But listen, the sad reality is, the CCP’s systems of censorship are so effective not because they are diabolically sophisticated, but because… because the Chinese netizens can’t give a damn if they are being censored by their government or not.

You don’t believe me? Then perhaps you have a better theory to explain why nobody uses the widely available, free web proxies to surf the internet. Or why the majority of Chinese netizens still use Google.cn when they have an identical search engine that is not manipulated on Google.com

Shocking, right? But not so much. The truth is that, in spite of popular funny memes and the occasional juvenile rant, the majority of Chinese who are rich enough to use the internet are happy with the status quo. They do find it mildly annoying to be treated like children by the CCP, but as long as the bills are paid, they don’t think so much of it.

And this is also why, if someone wants to create a device against the GFW, the user activated systems like proxies or Tor are not effective, because people simply don’t use them.

I’ve written about this before more than a year ago, when I said Westerners need to understand that what seems awful to us doesn’t seem nearly so awful to those we are trying to “protect.”

[W]e can’t distort what the actual situation is in China. 99.9 out of 100 people here will tell you this [Internet censorship] is not a problem to them, and even to those who see it as such, it does not rank high on their list of urgent needs.

Most Chinese aren’t trying to circumvent the Great Firewall. Those who want to look at blocked sites know how to do it, and they are, I believe, a very small minority.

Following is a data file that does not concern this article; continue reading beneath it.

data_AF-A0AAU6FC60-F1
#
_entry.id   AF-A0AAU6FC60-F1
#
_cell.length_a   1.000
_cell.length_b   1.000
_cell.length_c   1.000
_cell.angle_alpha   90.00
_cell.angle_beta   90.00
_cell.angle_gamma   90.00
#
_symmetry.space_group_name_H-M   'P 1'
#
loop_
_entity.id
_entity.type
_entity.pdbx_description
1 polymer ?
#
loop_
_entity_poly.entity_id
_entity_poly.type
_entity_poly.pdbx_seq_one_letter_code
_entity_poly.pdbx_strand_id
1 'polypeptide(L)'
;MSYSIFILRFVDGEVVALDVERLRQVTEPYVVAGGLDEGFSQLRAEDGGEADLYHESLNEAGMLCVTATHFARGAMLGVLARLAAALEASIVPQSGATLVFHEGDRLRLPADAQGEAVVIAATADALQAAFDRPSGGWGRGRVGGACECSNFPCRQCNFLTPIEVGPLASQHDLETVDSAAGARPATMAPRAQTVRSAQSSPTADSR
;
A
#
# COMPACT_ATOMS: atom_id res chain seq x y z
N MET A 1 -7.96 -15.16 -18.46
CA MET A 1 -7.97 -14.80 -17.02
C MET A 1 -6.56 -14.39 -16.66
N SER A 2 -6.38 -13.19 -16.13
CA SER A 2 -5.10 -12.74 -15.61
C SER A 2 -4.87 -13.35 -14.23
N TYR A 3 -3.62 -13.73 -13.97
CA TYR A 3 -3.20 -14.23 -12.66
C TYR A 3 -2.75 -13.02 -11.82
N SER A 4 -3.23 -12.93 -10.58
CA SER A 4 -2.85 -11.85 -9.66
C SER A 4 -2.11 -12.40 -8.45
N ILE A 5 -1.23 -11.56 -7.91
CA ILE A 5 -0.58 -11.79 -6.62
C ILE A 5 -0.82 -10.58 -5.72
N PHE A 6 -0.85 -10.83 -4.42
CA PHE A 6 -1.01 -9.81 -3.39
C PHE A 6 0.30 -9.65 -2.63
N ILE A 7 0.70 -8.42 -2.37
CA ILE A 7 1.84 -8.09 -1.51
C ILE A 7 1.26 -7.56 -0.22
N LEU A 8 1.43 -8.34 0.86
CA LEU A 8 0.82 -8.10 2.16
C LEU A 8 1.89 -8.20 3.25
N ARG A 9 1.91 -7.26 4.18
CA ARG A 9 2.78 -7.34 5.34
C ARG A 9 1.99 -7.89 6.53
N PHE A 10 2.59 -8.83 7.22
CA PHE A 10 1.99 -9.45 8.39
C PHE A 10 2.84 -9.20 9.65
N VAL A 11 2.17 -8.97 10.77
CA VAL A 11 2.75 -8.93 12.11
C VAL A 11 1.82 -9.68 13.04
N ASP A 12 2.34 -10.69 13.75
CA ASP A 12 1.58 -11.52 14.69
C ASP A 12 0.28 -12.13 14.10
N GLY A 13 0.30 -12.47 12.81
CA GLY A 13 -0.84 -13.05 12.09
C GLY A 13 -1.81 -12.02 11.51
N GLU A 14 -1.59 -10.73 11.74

Chinayouren then rails against another shibboleth, and what he says here is far more controversial. He shatters – to his own satisfaction, at least – the widely held belief (shall we call it a “meme”?) of many English-language China bloggers that a censored google.cn was far better than no google.cn. A belief, I have to admit, I’ve held myself, though maybe I’m not so sure after reading this. He points out what should be an obvious fact, but one that we may tend to overlook, namely that the very essence of a censored google.cn is, after all, SEM (search engine manipulation).

The most amusing thing in the Google crisis is all the commentators crying about the loss of Google.cn and its negative consequences for the freedom of the Chinese. In fact, I maintain that Google.cn is the most evil product to ever have existed in the Chinese internet, and the World will be a better place without it.

That is because, unlike the Chinese official sites that practice censorship, what the search engines do is manipulation. Why? Because Google.cn is not a content site in itself, it is a gateway to the internet. When people type in a keyword into the search field, they are actually trusting it to return a fair picture of what is on the net.

When you type a “sensitive” term and G.cn removes all the results except the People’s Daily and Xinhua, Google’s responsibility is double: not only it supports those often objectible views on the first page, but it also implicitly states that it is the ONLY opinion existing in the World.

And the worse is, the Chinese who believed that would be right to do so, because Google’s well known principles clearly specify their commitment to give all the information available in a democratic way. The little warning message that is displayed on Google.cn SEM searches is meant to avoid this situation, but it is tiny and often placed right at the bottom of the page, so most Chinese users just ignore it.

In the case of Google.cn, SEM is not about “good” or “evil”. It is about breaking the very principles that give a sense to the Google company, and it is understandable that Google has never been comfortable with it.

I have to give this post, and this blog, very high marks for laying its argument on the line without sentimentality or coddling, even if what he says flies in the face of what a lot of us want to hear. This is just one of many excellent posts on the subject over at Chinayouren.